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China’s inflation slows to 5-year low

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China’s consumer price index fell to a five-year low in January, despite recent efforts by the nation’s central bank on policy easing. This drop in inflation now gives more scope for further easing.

The CPI inched up 0.8 percent last month from a year earlier, slower than a 1.5 percent year-over-year rise in December, data from the National Bureau of Statistics showed on Tuesday.

The rise in the inflation index was less than the median 0.9 percent gain projected by most economists. January’s inflation was the lowest since November 2009, when the CPI rose 0.6 percent.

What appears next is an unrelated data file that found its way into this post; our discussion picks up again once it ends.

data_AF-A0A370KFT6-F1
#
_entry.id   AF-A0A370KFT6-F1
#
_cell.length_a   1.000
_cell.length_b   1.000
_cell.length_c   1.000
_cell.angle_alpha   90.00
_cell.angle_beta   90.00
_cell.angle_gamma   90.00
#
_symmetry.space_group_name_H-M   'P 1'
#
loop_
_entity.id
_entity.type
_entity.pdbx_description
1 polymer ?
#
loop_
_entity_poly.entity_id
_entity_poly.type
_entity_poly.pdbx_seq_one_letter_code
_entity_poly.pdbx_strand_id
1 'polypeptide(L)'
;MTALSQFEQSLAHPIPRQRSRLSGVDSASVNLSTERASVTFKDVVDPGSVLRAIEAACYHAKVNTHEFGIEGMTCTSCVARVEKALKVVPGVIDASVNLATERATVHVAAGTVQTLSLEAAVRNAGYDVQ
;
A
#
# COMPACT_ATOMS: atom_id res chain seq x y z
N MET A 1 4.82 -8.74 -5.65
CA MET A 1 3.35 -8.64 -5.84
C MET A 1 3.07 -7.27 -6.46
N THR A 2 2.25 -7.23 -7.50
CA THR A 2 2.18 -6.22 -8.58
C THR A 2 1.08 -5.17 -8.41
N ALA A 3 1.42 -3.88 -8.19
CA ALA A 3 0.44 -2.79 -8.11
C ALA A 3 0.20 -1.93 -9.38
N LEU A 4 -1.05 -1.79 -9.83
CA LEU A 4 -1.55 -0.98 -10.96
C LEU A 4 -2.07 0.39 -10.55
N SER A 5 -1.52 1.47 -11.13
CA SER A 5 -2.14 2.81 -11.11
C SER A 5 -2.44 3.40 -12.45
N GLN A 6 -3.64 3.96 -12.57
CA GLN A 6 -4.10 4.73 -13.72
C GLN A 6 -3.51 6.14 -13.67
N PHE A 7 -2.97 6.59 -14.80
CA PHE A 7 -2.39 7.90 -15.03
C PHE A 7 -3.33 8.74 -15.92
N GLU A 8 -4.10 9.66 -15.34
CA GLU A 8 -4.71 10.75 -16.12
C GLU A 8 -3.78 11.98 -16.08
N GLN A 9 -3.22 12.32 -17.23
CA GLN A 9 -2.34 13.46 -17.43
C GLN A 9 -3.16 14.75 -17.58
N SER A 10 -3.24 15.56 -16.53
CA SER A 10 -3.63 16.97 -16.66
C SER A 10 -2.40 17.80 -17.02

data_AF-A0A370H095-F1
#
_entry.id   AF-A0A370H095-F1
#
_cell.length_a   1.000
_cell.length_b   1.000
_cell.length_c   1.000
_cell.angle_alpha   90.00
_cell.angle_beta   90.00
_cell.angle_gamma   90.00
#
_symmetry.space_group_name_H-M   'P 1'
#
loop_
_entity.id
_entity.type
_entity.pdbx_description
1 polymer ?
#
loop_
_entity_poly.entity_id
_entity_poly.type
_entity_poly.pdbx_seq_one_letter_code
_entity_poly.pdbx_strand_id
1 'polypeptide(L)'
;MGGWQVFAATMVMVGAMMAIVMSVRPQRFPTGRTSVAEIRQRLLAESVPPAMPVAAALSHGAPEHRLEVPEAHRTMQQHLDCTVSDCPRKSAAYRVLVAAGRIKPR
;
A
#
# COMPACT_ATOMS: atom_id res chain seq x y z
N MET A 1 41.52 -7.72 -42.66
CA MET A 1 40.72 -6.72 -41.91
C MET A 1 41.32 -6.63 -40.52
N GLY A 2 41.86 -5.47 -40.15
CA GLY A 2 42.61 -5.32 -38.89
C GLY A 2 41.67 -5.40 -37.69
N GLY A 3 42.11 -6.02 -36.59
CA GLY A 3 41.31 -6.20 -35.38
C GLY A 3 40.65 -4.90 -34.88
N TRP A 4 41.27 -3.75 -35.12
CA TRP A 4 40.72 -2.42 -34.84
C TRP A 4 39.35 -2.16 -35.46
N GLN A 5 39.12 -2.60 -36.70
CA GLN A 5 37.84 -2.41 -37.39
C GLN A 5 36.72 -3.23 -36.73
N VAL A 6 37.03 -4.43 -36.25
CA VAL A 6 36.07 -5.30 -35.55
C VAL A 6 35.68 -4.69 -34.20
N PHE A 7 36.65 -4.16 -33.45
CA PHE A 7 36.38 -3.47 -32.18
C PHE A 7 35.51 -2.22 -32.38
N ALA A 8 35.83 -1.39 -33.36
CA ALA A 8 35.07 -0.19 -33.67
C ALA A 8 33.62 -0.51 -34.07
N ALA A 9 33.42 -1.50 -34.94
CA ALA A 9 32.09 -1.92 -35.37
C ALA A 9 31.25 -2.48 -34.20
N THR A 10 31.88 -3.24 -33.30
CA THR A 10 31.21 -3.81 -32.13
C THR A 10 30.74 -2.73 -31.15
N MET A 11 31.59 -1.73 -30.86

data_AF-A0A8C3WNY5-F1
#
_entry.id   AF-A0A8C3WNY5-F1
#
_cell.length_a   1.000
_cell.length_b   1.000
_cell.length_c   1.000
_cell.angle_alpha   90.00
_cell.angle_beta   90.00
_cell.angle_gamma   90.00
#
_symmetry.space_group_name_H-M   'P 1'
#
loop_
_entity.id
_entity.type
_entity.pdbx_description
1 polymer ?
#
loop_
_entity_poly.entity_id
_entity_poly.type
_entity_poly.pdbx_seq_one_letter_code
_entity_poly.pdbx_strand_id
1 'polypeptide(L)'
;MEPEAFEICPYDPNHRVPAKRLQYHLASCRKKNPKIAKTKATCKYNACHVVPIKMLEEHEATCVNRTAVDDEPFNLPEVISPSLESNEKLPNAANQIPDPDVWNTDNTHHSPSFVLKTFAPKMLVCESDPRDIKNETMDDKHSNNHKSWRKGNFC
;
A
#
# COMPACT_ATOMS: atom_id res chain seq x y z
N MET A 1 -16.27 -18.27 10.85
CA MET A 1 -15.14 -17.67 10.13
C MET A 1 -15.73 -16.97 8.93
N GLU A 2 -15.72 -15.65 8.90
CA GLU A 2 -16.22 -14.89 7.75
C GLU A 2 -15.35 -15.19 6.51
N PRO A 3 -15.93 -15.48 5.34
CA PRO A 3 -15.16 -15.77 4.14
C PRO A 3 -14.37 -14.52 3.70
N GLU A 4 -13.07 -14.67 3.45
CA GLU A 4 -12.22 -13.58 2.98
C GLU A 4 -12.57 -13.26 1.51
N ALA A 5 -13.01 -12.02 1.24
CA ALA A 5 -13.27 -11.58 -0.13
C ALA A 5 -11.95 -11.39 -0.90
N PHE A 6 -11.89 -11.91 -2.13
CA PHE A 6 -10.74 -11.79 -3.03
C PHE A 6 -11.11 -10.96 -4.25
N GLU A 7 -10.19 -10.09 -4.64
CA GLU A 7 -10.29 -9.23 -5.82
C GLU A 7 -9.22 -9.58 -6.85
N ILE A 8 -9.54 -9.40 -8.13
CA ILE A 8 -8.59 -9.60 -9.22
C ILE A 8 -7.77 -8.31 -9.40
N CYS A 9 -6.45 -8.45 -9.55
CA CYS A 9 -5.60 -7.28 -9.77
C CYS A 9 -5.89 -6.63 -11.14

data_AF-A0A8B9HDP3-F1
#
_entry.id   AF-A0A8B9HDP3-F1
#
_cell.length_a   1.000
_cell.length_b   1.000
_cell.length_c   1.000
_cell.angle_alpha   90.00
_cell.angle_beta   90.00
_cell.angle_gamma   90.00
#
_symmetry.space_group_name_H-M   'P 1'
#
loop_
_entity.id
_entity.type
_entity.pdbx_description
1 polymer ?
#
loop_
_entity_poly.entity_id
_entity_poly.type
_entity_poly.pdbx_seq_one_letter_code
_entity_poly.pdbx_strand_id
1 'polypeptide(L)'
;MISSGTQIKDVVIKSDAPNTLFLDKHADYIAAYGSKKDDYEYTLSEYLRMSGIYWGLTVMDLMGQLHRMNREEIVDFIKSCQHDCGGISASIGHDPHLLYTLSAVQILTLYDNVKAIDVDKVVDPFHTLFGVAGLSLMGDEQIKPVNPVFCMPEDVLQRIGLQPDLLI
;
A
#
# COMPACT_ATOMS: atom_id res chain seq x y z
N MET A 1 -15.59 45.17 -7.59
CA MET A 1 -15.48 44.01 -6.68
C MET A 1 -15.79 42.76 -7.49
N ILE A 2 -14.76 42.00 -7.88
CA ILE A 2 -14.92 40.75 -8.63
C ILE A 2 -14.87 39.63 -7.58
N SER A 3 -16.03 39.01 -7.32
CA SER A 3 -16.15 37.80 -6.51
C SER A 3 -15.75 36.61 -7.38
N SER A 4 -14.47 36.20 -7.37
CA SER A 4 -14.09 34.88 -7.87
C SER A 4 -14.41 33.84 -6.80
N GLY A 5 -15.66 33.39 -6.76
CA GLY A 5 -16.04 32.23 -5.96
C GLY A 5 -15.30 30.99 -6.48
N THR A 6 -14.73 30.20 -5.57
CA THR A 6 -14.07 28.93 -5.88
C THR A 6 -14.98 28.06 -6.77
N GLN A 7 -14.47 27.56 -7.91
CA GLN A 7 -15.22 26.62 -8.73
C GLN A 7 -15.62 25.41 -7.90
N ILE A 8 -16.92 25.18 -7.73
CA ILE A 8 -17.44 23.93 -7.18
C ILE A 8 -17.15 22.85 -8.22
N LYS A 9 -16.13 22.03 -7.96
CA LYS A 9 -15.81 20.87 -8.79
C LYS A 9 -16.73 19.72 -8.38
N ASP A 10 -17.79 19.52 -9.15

The CPI also increased 0.3 percent in January from December. In December, it rose 0.3 percent from the preceding month.

China’s producer-price index dropped 4.3 percent in January from a year earlier, following a 3.3 percent year-over-year drop in December.

The fall in the gauge of factory-gate prices exceeded economists’ median forecast of a 3.7 percent decline.

The PPI also declined 1.1 percent in January from December. In December, it fell 0.6 percent from the preceding month.

The Australian dollar has rebounded from disappointing Chinese trade data to rise back up to 78 US cents. China is a major trading partner for Australia.

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